May 29,2014 (ISN) – Great Britain’s Tour de France champion Chris Froome has criticised the International Cycling Union (UCI) for not subjecting either himself or other top cyclists to any out-of-competition drug tests while at a training camp in Tenerife.
Froome, the Team Sky rider who won last year’s Tour de France after finishing second behind teammate Sir Bradley Wiggins in 2012, took to Twitter to slam the governing body.
He expressed his “disappointment” that despite there being three major Tour de France contenders staying on the island, there has been no out of competition testing throughout his two week stay.
Along with himself, the other two riders he was referring two are 2007 and 2009 champion Alberto Contador, who returned from a two year doping suspension last year after testing positive for clenbuterol, and 2013 Giro d’Italia winner Vincenzo Nibali.
The message posted on Twitter criticising the lack of testing ©Twitter
This direct approach adopted by Froome to bring about more concrete change follows similarly public calls by leading tennis players Andy Murray and Roger Federer to introduce more rigorous drug testing in their sport in recent years.The Kenya-born Briton, no doubt frustrated at the lack of opportunities to illustrate what, he claims, are his clean credentials after a constant stream of doping questions during the Tour de France last year, claims to have only ever been tested once during his many altitude-training visits to Tenerife.He added it was “in everyone’s best interests to be able to prove they are clean no matter where they train”.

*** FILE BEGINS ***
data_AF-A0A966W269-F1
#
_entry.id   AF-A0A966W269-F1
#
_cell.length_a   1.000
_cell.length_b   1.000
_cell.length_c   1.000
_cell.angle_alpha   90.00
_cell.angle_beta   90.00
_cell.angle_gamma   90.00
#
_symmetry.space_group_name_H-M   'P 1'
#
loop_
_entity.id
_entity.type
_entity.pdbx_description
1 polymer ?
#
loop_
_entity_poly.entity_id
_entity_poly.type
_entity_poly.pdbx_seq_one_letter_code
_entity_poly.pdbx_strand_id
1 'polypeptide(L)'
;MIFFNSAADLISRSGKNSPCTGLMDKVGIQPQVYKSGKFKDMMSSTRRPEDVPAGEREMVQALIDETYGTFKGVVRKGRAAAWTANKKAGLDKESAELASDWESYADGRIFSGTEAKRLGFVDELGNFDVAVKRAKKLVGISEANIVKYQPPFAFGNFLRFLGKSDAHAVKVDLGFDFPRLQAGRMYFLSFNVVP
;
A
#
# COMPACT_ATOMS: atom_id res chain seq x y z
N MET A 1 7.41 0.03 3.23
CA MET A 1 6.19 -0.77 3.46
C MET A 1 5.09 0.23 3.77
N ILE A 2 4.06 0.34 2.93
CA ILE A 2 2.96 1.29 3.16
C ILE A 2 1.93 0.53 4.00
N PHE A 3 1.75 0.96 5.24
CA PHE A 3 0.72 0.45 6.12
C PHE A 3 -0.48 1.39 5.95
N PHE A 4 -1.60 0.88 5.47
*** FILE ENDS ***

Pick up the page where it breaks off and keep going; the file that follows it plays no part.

The UCI claim they will look into the allegations but it is nevertheless embarrassing situation for Briton Brian Cookson, elected as President of the world governing body last September after campaigning on a manifesto to clean up the sport following years of damaging drugs allegations under predecessors Pat McQuaid and Hein Verbruggen. “The UCI has seen the comment by Tour de France winner Chris Froome regarding a lack of out of competition testing at Mount Teide, Tenerife,” a spokesman told insidethegames
today. “Out of competition testing is clearly an essential component of any effective anti-doping programme and we are looking into the matter with the Cycling Anti Doping Foundation, which is responsible for planning and executing anti doping tests in cycling.”
Since being appointed to replace Pat McQuaid as UCI President last September Brian Cookson (right) has spoken frequently about tightening doping restrictions
©AFP/Getty ImagesThe UCI has responsibility for anti-doping tests and riders are obliged to provide the governing body with their whereabouts at all times to allow random anti-doping tests as part of the scheme which provides a biological passport.Since Cookson was elected there has been much rhetoric about tightening anti-doping measures and adopting a new “zero-tolerance” approach.Doubt has already been cast over this after Australian Michael Rodgers, a former teammate of Froome at Team Sky, escaped a doping ban after testing positive for clenbuterol, the same substance as Contador.The UCI backed his claim that a positive test for the substance resulted from the consumption of contaminated meat.